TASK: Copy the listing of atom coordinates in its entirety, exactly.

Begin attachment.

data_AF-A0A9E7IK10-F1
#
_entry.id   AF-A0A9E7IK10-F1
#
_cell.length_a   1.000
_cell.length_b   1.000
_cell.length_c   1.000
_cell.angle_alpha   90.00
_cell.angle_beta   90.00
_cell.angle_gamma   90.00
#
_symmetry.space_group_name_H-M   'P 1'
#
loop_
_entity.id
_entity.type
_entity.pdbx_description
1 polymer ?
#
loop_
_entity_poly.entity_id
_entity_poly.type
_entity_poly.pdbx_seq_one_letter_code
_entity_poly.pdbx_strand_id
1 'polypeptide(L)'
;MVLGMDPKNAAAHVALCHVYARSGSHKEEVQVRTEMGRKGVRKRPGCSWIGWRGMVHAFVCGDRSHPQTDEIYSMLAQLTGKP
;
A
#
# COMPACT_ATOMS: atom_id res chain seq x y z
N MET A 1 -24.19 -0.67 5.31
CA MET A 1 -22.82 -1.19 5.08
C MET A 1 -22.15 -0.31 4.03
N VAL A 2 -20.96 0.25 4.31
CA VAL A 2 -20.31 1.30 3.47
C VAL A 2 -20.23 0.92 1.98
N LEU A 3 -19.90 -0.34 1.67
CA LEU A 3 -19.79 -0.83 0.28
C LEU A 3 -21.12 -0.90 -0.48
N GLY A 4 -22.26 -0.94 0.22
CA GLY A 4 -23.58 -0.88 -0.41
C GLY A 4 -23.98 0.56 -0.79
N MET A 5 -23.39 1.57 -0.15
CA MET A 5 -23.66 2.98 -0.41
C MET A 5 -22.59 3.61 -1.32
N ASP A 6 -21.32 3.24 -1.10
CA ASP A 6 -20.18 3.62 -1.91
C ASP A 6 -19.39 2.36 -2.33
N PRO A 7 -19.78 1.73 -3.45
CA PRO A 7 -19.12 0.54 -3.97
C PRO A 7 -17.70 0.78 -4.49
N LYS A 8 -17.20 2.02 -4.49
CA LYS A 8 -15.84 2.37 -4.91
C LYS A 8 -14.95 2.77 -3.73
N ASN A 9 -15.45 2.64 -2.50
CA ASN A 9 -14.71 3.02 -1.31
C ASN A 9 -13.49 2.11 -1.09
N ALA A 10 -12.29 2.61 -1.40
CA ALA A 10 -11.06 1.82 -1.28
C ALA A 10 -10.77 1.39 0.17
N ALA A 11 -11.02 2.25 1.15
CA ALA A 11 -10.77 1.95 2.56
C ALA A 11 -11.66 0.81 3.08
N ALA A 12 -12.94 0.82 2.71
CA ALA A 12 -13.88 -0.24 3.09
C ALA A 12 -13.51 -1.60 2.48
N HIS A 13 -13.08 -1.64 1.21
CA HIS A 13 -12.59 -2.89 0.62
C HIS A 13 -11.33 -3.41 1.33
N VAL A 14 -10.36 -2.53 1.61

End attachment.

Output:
data_AF-A0A9E7IK10-F1
#
_entry.id   AF-A0A9E7IK10-F1
#
_cell.length_a   1.000
_cell.length_b   1.000
_cell.length_c   1.000
_cell.angle_alpha   90.00
_cell.angle_beta   90.00
_cell.angle_gamma   90.00
#
_symmetry.space_group_name_H-M   'P 1'
#
loop_
_entity.id
_entity.type
_entity.pdbx_description
1 polymer ?
#
loop_
_entity_poly.entity_id
_entity_poly.type
_entity_poly.pdbx_seq_one_letter_code
_entity_poly.pdbx_strand_id
1 'polypeptide(L)'
;MVLGMDPKNAAAHVALCHVYARSGSHKEEVQVRTEMGRKGVRKRPGCSWIGWRGMVHAFVCGDRSHPQTDEIYSMLAQLTGKP
;
A
#
# COMPACT_ATOMS: atom_id res chain seq x y z
N MET A 1 -24.19 -0.67 5.31
CA MET A 1 -22.82 -1.19 5.08
C MET A 1 -22.15 -0.31 4.03
N VAL A 2 -20.96 0.25 4.31
CA VAL A 2 -20.31 1.30 3.47
C VAL A 2 -20.23 0.92 1.98
N LEU A 3 -19.90 -0.34 1.67
CA LEU A 3 -19.79 -0.83 0.28
C LEU A 3 -21.12 -0.90 -0.48
N GLY A 4 -22.26 -0.94 0.22
CA GLY A 4 -23.58 -0.88 -0.41
C GLY A 4 -23.98 0.56 -0.79
N MET A 5 -23.39 1.57 -0.15
CA MET A 5 -23.66 2.98 -0.41
C MET A 5 -22.59 3.61 -1.32
N ASP A 6 -21.32 3.24 -1.10
CA ASP A 6 -20.18 3.62 -1.91
C ASP A 6 -19.39 2.36 -2.33
N PRO A 7 -19.78 1.73 -3.45
CA PRO A 7 -19.12 0.54 -3.97
C PRO A 7 -17.70 0.78 -4.49
N LYS A 8 -17.20 2.02 -4.49
CA LYS A 8 -15.84 2.37 -4.91
C LYS A 8 -14.95 2.77 -3.73
N ASN A 9 -15.45 2.64 -2.50
CA ASN A 9 -14.71 3.02 -1.31
C ASN A 9 -13.49 2.11 -1.09
N ALA A 10 -12.29 2.61 -1.40
CA ALA A 10 -11.06 1.82 -1.28
C ALA A 10 -10.77 1.39 0.17
N ALA A 11 -11.02 2.25 1.15
CA ALA A 11 -10.77 1.95 2.56
C ALA A 11 -11.66 0.81 3.08
N ALA A 12 -12.94 0.82 2.71
CA ALA A 12 -13.88 -0.24 3.09
C ALA A 12 -13.51 -1.60 2.48
N HIS A 13 -13.08 -1.64 1.21
CA HIS A 13 -12.59 -2.89 0.62
C HIS A 13 -11.33 -3.41 1.33
N VAL A 14 -10.36 -2.53 1.61